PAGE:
Before I begin, let me say this is a project for the patient and the committed. There's no squirming out midway because you're tired or your pilates class is starting and you have to run to the gym.
But be not afraid for you shall be rewarded.
After traveling to Bologna together (the pasta heartland where pasta filled with squash is on every menu) my friend Ellen wanted to learn how to make these. So I invited her over to spend time in the kitchen rolling out pasta. It's a lot more fun and takes a lot less time with someone else helping. We didn't cook the pasta while she was at my house, since I wanted to freeze mine for later. She was planning to cook hers at home with a simple butter, sage and parmesan cheese sauce. Wonderful.
But sinfully sublime is what I would call the walnut cream sauce. The photo of the finished pasta in sauce is from a pasta party we had at our home a couple of years ago, when we gathered some relatives and friends for an evening of pasta-making and eating. The kitchen was a mess when we were finished, but we had a lot of fun and our tummies were grateful.
To make the pasta you need a pasta machine or you'll need very strong arms to roll out all the dough. This recipe for pasta and for the filling makes enough for about 110 ravioli.
3 cups flour
4 jumbo eggs
If you want to be authentic, you can make a "volcano" of the flour on a wooden board, then crack the eggs into the center and start to incorporate them into the flour until the liquid is all absorbed. Otherwise, put everything into a food processor and blend until it starts to hold together. Pull it out of the food processor and knead it on a floured board until it becomes smooth.
Let it rest under a covered bowl for at least a half hour, which will help the dough to become even more smooth and elastic and easy to work.
Flour your board or counter and cut off a quarter of the pasta. Keep the rest under the bowl. Flatten the piece with your hands, flour it a little then pass it through the thickest setting on your pasta machine. Keep changing the setting until you get to the penultimate one -- not the thinnest one. Now you should have a long strip about three to four inches wide. If it's too long and cumbersome to work with, cut it in half. Lay it on your board and place little spoonfuls of filling all across the strip, leaving a small space in between each spoonful.
Dab a little bit of water between the filling and across the top and bottom of the filling. Take one edge of the long strip of dough and carefully fold it over the filling, pressing down in between each one to take out any air bubbles. Run a decorative crimper along the edges to separate the ravioli. If you don't have a crimper, a knife will do.
Lay the ravioli on cookie sheets that have been covered with floured, linen dishtowels. Refrigerate if serving that day, or place in the freezer. After a few hours, remove from the cookie sheets and store the ravioli in plastic freezer bags.
For the filling (adapted from "The Splendid Table" by Lynne Rossetto Kasper):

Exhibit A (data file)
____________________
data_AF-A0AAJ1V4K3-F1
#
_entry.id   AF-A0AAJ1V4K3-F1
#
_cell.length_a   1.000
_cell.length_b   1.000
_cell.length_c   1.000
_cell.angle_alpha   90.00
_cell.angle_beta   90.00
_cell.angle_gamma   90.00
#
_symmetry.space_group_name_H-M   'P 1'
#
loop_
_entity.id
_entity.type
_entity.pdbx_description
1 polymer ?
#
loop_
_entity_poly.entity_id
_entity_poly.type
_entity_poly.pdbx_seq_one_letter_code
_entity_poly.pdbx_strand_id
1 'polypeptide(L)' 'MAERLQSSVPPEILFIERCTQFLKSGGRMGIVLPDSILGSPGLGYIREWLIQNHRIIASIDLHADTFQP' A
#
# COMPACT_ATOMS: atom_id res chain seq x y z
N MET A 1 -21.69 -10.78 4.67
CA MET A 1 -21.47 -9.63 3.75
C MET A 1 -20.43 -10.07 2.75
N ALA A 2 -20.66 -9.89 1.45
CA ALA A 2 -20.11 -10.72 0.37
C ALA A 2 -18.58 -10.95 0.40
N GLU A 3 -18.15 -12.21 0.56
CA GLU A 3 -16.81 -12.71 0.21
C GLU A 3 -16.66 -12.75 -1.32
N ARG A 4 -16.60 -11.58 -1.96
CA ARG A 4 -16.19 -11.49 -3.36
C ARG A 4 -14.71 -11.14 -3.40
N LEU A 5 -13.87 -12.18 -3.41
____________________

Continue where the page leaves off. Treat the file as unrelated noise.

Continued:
I don't use the typical Halloween-style pumpkin, since it doesn't have as much flavor as squash. This recipe gives you the closest approximation to what you'll find in Italy. Some recipes call for the addition of crushed amaretti cookies, but I find that a little too sweet. The squash itself provides adequate sweetness. I also do this ahead of time and drain the cooked squash in a cheesecloth-lined sieve overnight. Otherwise, you risk having a filling that is too watery.
1 large butternut squash
1 1/2 large sweet potatoes, or two small ones
1 cup grated parmesan cheese
nutmeg, black pepper
Roast the potatoes in a 375 degree oven. Roast the squash at the same time. Cut the squash, remove seeds and place on an oil baking sheet. Roast for about an hour to an hour and a half, or until it is easily pierced with a fork. Remove the flesh from the squash and puree it in a food processor, then place in a sieve that is lined with cheesecloth or paper towels. Place a bowl under it to catch the water that is released and put the bowl in the refrigerator overnight, along with the potatoes.
The next day, remove the skin from the potatoes, puree them in a food processor, and put in a bowl. Add the pureed squash, the cheese and a grating of nutmeg and black pepper.
Make and fill the ravioli.
When you are ready to cook, bring a large pot of salted water to a rolling boil. Add the ravioli but do not let the pot to continue at a rolling boil or you may burst the ravioli. Boil for four or five minutes until cooked.
Cover with sauce and parmesan cheese.
Walnut cream sauce
(This is enough sauce for about four dozen ravioli.)
1 1/2 cup walnuts, roasted in a 350 degree oven for 15 minutes
1/4 teaspoon ground cinnamon
a few grindings of nutmeg
dash salt, freshly ground pepper
1/2 cup melted butter
1/2 cup heavy cream
1/2 cup sweet wine such as vin santo or moscato
freshly grated parmesan cheese
Roast the walnuts in the oven. If you have the patience, remove some of the outer skins of the walnuts. This is easier to do if you put them in a linen dishcloth, fold in half and rub back and forth. Grind the walnuts in a food processor until they are coarse - not fine. Melt the butter in a saucepan and add the heavy cream and wine. Cook for a few minutes on high heat until the
sauce reduces and emulsifies. Add the nuts, cinnamon, nutmeg salt, and pepper. Take off the heat and add a generous amount of parmesan - at least 1/2 cup or more. Pour over the ravioli and serve with additional parmesan.
Cuscino di ciliegie e pistacchio
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